Missy Higgins rediscovers her voice

By Lydia Jenkin

After a musical hiatus, Missy Higgins found her voice once more while travelling the US, writes Lydia Jenkin.

'All the memories and the love for music just came flooding back. And it felt so right.' Photo / Supplied
'All the memories and the love for music just came flooding back. And it felt so right.' Photo / Supplied

Though many fans may not have known, Missy Higgins pretty much decided to quit music a few years ago.

The Australian songstress, signed to an international deal with Warner Brothers before she was 20, had strong success with her first two albums The Sound of White and On a Clear Night, which both went to No 1 in Australia.

But nearly seven years of touring left her disillusioned. So in 2010, she decided, without any fanfare, to stop. Instead she focused on putting down some roots in Melbourne, going to university to pursue Australian indigenous studies, doing a bit of acting, travelling to India and South America, and generally catching up with friends and family, which she'd sorely missed.

But ultimately she wasn't finding anything that was pushing her buttons in the way that music had.

"I was trying to find something that I loved as much as I used to love music - because I'd lost that passion for music but I really wanted to find it again in something else.

But I really couldn't, and that was quite sad for me. When I couldn't find, or even think of anything that I'd like to do more than music, eventually I just decided to let go, and just see where life took me and have fun for a while."

Inevitably she was led right back to music. Even though she wasn't interested in performing at the time, when she was offered the chance to join on Sarah McLachlan's Lilith Fair tour of the US, her manager thought he should tell her about it anyway.

"I couldn't really say no to it, so I went over and did a few shows, and all the memories and the love for music just came flooding back. And it felt so right."

She also found she still had a loyal fanbase who were asking where she'd been and when she would have something new to release, which gave her the impetus to think about a new album - The Ol' Razzle Dazzle, which is a tongue-in-cheek reference to the glitzy showbiz side of the music industry - which Higgins (being a bisexual, vegetarian, environmentally conscious, animal rights advocate) finds a bit overwhelming at times.

Having decided to write music again, she initially suffered a bit of writer's block, feeling anxious about the possible results. But she decided to head to America and move around from city to city, housesitting and people-watching in order to get the words flowing once more.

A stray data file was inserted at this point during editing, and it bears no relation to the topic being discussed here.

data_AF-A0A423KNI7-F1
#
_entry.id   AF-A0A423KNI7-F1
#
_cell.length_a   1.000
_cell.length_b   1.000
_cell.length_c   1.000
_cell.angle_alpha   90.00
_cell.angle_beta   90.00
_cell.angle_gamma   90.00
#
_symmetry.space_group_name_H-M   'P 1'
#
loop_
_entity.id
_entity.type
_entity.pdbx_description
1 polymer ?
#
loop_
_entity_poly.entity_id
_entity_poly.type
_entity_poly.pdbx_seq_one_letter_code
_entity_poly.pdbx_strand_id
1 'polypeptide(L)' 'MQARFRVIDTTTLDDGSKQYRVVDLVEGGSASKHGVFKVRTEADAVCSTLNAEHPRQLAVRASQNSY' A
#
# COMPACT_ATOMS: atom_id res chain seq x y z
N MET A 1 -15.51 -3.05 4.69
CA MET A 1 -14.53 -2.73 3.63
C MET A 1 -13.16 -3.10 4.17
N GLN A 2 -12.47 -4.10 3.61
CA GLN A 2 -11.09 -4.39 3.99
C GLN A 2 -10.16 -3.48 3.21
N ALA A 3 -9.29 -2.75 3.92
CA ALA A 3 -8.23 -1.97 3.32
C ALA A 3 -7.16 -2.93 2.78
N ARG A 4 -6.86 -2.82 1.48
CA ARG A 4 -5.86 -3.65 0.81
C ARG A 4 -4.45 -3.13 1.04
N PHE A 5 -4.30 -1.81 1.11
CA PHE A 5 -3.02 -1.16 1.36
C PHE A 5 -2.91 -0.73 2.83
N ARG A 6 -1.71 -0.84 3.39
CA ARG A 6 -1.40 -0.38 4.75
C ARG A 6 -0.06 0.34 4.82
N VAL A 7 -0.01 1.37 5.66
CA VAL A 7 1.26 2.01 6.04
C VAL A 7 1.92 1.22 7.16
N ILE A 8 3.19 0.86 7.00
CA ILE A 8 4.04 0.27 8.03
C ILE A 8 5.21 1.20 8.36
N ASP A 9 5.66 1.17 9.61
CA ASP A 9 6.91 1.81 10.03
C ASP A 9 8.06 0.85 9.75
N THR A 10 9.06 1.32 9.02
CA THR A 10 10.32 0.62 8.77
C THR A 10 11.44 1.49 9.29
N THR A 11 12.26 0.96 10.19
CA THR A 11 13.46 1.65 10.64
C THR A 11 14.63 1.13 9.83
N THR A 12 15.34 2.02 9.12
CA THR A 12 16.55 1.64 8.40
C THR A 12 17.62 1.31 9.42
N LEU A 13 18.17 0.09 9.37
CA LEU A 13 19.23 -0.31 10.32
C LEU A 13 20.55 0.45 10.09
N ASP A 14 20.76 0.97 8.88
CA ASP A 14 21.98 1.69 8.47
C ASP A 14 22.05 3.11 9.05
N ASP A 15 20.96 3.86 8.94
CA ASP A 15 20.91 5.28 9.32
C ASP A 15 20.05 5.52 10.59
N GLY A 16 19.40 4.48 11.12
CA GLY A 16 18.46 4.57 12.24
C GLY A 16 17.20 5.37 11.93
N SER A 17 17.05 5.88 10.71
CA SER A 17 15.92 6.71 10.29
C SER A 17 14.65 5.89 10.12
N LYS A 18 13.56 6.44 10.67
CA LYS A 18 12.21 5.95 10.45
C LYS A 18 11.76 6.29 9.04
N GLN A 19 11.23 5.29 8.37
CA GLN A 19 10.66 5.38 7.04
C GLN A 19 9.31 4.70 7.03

"I get really inspired by my surroundings, and people-watching - New York is amazing for that. I stayed in Sunset Park in Brooklyn, which is a very Chinese-Mexican area, and it was just so inspiring to be in the middle of those two cultures."

Set Me on Fire was one of the songs which was inspired by her stay in the city.

"I actually wrote it as a rap song" she laughs. "Not that I rap or anything, but I mostly just wrote it as lyrics with a sort of rap rhythm, just because I really wanted to get these words out of my head. I was trying to overcome my fear and expectation of coming up with something that was better than anything I'd done before. So I decided the best way to combat it was to write songs about having writer's block, rather than what I thought I should write songs about."

From Brooklyn she moved to Nashville, where she linked up with fellow Australian multi-instrumentalist Butterfly Boucher (who she'd met while on tour with McLachlan), along with a friend of Boucher's, Nashville-based producer Brad Jones, who had his own studio set up where Higgins also lived while recording.

"It's an old cabinet-making factory that he'd just turned into a studio. It's very cool, full of character, peeling wallpaper and so on."

Along with several other Nashville musicians, and a variety of friends, Higgins, Boucher and Jones set about crafting the 12 tracks, aiming to keep a strong sense of experimentation and adventure when it came to the arrangements and production.

"I was playing instruments I'd never played before, like the Moog synthesiser and playing guitar pedals with my hands, and even Tibetan bowls on one song. On another song we did a whole lot of animal noises, we recorded them late one night, and they ended up sounding really cool when we put it all together."

The animal noises are something that Higgins is well practiced in, though it's the first time she's done it on a song.

"My brother and I have this really funny relationship where we just call each other up and we'll have a conversation in animal noises, maybe just quack at each other like ducks. We have this kind of bizarre understanding that only siblings can have, and we'll just make each other laugh by coming up with these different noises, we always have."

After a sold-out tour of Australia, she'll be heading here with a full Nashville band for two shows, before heading back to America to tour with Gotye for several months. It sounds like a fairly intensive schedule already, but she's got a plan to avoid becoming jaded all over again.

"I think I'm going to listen to my instincts a bit more. I think a part of making what I do sustainable or bearable is making sure I allow time to be creative. Playing new songs is wonderful as well, but the best thing is to keep writing."

Who: Chart-topping Australian songstress Missy Higgins
What: New album The Ol' Razzle Dazzle
When and where: Performing two shows at Q Theatre in Auckland on Monday August 6, and Tuesday August 7.

- TimeOut

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